Following the recent resignation of US Secretary of State Colin Powell, US President George W. Bush appointed National Security Adviser Condoleezza Rice as Powell's successor. Rice's deputy, Stephen Hadley, will be replacing Rice. All signs point to members of the "Vulcans," Bush's foreign policy team during the 2000 presidential election campaign, directing foreign policy in his new cabinet. Yet decisionmakers such as conservative hawks Vice President Dick Cheney and Secretary of Defense Donald Rumsfeld still seem to view China as a strategic competitor. This looks positive for Taiwan. But are things really as they seem?
The most interesting thing is Hadley's appointment. Hadley was a lawyer, and during the 1970s he was a policy analyst in the defense department. He was later assistant secretary of defense during Bush senior's term in office, specializing in nuclear and conventional arms control issues.
In George W. Bush's first term, he made Hadley his deputy national security adviser hoping that Hadley, with his experience in arms control issues, would be able to explain the US missile defense plan to concerned countries. China is the greatest obstacle to the implementation of the US missile defense plan in the Asia-Pacific region, so Hadley should understand the strategic importance of Taiwan's geopolitical position. As a result, the new Bush government's strategic evaluation can be expected to lead to a deepening of security cooperation between Taiwan and the US, rather than to the abandonment of Taiwan.
There are possible compromises that could be made by realist members of the Vulcan group, based on consideration of actual international political benefits and interests. One example: although they are hoping for changes in the Pyongyang government, tough behavior might induce a Chinese reaction. This could seriously affect the region's strategic balance, so they might then take a softer, multilateral approach to handling the North Korean nuclear issue.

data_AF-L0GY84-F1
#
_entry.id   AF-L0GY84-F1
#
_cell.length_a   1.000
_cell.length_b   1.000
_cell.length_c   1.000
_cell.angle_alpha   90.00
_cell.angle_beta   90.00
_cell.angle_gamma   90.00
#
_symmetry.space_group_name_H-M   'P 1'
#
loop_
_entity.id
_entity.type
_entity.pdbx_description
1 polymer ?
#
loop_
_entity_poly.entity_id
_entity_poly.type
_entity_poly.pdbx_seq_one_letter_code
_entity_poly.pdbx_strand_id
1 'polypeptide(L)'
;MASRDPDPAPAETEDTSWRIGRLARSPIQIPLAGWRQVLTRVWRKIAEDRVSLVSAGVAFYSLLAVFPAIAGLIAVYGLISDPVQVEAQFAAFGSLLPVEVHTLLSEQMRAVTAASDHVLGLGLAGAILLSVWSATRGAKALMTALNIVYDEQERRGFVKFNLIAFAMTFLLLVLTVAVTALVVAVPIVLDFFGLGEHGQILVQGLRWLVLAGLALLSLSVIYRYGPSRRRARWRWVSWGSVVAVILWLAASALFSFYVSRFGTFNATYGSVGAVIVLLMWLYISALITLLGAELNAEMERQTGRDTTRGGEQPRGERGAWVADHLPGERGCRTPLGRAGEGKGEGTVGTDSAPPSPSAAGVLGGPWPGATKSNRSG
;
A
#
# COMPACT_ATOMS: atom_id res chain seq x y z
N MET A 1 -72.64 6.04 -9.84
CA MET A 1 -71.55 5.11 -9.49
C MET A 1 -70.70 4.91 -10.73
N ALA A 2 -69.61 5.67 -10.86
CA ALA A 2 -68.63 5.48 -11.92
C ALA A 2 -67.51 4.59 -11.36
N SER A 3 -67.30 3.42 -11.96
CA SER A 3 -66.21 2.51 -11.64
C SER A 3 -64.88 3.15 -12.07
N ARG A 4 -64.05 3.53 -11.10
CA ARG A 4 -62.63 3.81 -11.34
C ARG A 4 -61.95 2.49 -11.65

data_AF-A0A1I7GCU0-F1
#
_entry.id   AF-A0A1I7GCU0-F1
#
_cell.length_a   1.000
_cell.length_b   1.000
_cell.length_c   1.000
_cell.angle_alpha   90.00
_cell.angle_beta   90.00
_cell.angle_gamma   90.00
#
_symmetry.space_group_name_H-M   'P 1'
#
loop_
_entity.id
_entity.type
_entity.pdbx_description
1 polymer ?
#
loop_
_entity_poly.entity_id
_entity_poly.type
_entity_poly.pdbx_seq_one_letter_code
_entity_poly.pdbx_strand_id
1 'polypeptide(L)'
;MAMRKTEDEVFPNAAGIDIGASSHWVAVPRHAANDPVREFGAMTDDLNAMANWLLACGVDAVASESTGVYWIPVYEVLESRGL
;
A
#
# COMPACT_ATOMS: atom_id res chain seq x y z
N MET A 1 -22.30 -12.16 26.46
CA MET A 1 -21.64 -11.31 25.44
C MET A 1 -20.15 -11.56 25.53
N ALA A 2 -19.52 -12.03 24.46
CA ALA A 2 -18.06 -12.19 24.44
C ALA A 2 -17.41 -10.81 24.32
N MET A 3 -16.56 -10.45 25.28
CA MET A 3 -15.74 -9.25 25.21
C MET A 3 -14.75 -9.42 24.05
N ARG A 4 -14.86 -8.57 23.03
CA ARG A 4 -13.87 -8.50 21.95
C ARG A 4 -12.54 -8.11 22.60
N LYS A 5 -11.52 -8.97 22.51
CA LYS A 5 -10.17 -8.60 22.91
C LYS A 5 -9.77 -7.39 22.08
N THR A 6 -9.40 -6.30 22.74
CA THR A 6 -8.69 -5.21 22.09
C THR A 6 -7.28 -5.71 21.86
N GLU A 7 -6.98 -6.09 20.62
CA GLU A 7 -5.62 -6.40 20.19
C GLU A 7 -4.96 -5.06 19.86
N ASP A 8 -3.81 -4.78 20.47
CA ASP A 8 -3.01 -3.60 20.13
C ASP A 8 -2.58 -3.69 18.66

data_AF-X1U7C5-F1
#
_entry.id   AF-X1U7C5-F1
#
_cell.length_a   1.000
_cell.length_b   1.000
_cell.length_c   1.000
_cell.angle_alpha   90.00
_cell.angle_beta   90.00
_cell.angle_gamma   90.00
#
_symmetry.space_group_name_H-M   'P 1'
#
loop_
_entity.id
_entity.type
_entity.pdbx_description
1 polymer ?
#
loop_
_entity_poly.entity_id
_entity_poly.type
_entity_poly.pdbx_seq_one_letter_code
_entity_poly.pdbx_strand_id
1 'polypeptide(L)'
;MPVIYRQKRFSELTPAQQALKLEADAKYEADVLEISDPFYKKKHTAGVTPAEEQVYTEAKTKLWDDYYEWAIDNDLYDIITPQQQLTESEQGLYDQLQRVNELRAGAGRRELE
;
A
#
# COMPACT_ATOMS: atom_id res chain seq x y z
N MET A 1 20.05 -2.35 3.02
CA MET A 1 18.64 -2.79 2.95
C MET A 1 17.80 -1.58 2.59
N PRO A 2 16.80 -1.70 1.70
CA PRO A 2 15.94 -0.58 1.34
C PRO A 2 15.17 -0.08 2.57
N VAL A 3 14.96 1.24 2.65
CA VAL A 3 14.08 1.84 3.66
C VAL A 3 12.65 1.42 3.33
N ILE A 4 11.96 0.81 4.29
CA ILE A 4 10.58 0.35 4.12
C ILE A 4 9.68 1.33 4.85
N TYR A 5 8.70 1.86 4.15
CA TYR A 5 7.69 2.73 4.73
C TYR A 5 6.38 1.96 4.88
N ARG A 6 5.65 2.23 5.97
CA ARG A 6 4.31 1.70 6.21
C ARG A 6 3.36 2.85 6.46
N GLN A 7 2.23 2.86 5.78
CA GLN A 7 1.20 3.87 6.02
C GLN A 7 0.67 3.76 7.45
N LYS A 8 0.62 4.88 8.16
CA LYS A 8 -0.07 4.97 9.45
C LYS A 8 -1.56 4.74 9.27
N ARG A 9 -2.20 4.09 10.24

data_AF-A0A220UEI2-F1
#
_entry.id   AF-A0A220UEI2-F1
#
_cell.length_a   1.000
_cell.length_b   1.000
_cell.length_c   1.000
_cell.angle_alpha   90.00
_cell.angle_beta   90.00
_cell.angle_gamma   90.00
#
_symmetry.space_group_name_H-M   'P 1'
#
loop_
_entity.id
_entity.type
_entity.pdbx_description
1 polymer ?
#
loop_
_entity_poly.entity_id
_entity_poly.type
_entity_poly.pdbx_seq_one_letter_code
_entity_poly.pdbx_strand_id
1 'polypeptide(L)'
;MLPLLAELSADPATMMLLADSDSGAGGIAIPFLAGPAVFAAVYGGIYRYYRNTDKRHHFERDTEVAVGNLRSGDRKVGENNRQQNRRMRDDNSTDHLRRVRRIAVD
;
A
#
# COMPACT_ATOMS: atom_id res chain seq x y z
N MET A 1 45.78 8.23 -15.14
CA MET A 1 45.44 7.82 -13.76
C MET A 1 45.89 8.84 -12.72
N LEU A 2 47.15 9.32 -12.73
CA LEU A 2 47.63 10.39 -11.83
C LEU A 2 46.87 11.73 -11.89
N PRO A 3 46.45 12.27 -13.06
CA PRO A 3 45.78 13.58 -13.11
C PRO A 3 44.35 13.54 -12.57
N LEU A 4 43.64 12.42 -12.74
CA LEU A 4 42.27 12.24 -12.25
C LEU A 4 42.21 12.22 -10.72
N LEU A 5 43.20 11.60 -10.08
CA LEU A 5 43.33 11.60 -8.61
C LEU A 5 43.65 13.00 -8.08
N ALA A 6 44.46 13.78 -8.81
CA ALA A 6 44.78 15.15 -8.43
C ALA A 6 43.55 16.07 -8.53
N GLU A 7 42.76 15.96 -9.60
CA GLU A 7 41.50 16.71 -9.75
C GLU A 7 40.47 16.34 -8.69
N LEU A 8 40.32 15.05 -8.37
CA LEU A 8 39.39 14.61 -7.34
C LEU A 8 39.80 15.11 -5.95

In the future, the new US government will face several new diplomatic challenges, such as the reconstruction of Iraq, the Israeli-Palestine situation following the death of Palestinian president Yasser Arafat and the North Korean nuclear issue. Doubtless they would be glad to see stability in the Taiwan Strait and the Asia-Pacific region so that they can concentrate on these other issues.
In particular, the US worries that nuclear weapons could fall into the hands of terrorist organizations and lead to terrorist attacks on US soil. Opposition to nuclear arms proliferation, therefore, is at the top of the US foreign policy agenda. Following this logic, China will become its most important partner when it comes to global non-terrorism and anti-proliferation efforts. Based on a realistic appraisal of the international political situation, the members of the Vulcan group will expand cooperation with China and downplay differences of opinion.
In other words, if the Vulcans want to see China as a diplomatic partner in the 21st century, it would be impossible for them to oppose Beijing over the question of Taiwan.
Based on Washington's objective of strategic balance in the Asia-Pacific region, stability in the Taiwan Strait will be an important pillar of US security, and Taiwan will be key in supporting this strategic balance. From this perspective, Bush's new team will not rashly abandon Taiwan, and the US is unwilling to tie any other issue to its arms sales to Taiwan.